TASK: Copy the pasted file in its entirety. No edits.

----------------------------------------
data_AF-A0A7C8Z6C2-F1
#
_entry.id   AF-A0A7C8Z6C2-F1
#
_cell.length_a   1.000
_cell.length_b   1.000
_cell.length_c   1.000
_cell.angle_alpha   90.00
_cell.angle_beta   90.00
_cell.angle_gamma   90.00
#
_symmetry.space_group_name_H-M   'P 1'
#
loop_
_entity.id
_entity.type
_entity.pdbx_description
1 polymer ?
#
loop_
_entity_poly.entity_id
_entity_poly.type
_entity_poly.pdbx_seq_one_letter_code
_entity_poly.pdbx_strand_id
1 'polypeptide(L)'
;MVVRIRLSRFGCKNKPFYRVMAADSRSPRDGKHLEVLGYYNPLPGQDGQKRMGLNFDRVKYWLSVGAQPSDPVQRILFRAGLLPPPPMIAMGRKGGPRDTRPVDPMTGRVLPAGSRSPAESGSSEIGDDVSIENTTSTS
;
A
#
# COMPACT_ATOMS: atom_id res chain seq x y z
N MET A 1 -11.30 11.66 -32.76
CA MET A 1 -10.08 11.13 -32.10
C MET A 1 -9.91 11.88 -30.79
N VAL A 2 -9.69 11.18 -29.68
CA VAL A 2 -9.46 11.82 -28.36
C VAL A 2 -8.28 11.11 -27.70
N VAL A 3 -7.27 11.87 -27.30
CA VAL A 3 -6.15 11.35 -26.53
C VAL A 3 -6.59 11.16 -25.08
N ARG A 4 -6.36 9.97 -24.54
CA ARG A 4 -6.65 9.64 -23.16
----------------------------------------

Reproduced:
data_AF-A0A7C8Z6C2-F1
#
_entry.id   AF-A0A7C8Z6C2-F1
#
_cell.length_a   1.000
_cell.length_b   1.000
_cell.length_c   1.000
_cell.angle_alpha   90.00
_cell.angle_beta   90.00
_cell.angle_gamma   90.00
#
_symmetry.space_group_name_H-M   'P 1'
#
loop_
_entity.id
_entity.type
_entity.pdbx_description
1 polymer ?
#
loop_
_entity_poly.entity_id
_entity_poly.type
_entity_poly.pdbx_seq_one_letter_code
_entity_poly.pdbx_strand_id
1 'polypeptide(L)'
;MVVRIRLSRFGCKNKPFYRVMAADSRSPRDGKHLEVLGYYNPLPGQDGQKRMGLNFDRVKYWLSVGAQPSDPVQRILFRAGLLPPPPMIAMGRKGGPRDTRPVDPMTGRVLPAGSRSPAESGSSEIGDDVSIENTTSTS
;
A
#
# COMPACT_ATOMS: atom_id res chain seq x y z
N MET A 1 -11.30 11.66 -32.76
CA MET A 1 -10.08 11.13 -32.10
C MET A 1 -9.91 11.88 -30.79
N VAL A 2 -9.69 11.18 -29.68
CA VAL A 2 -9.46 11.82 -28.36
C VAL A 2 -8.28 11.11 -27.70
N VAL A 3 -7.27 11.87 -27.30
CA VAL A 3 -6.15 11.35 -26.53
C VAL A 3 -6.59 11.16 -25.08
N ARG A 4 -6.36 9.97 -24.54
CA ARG A 4 -6.65 9.64 -23.16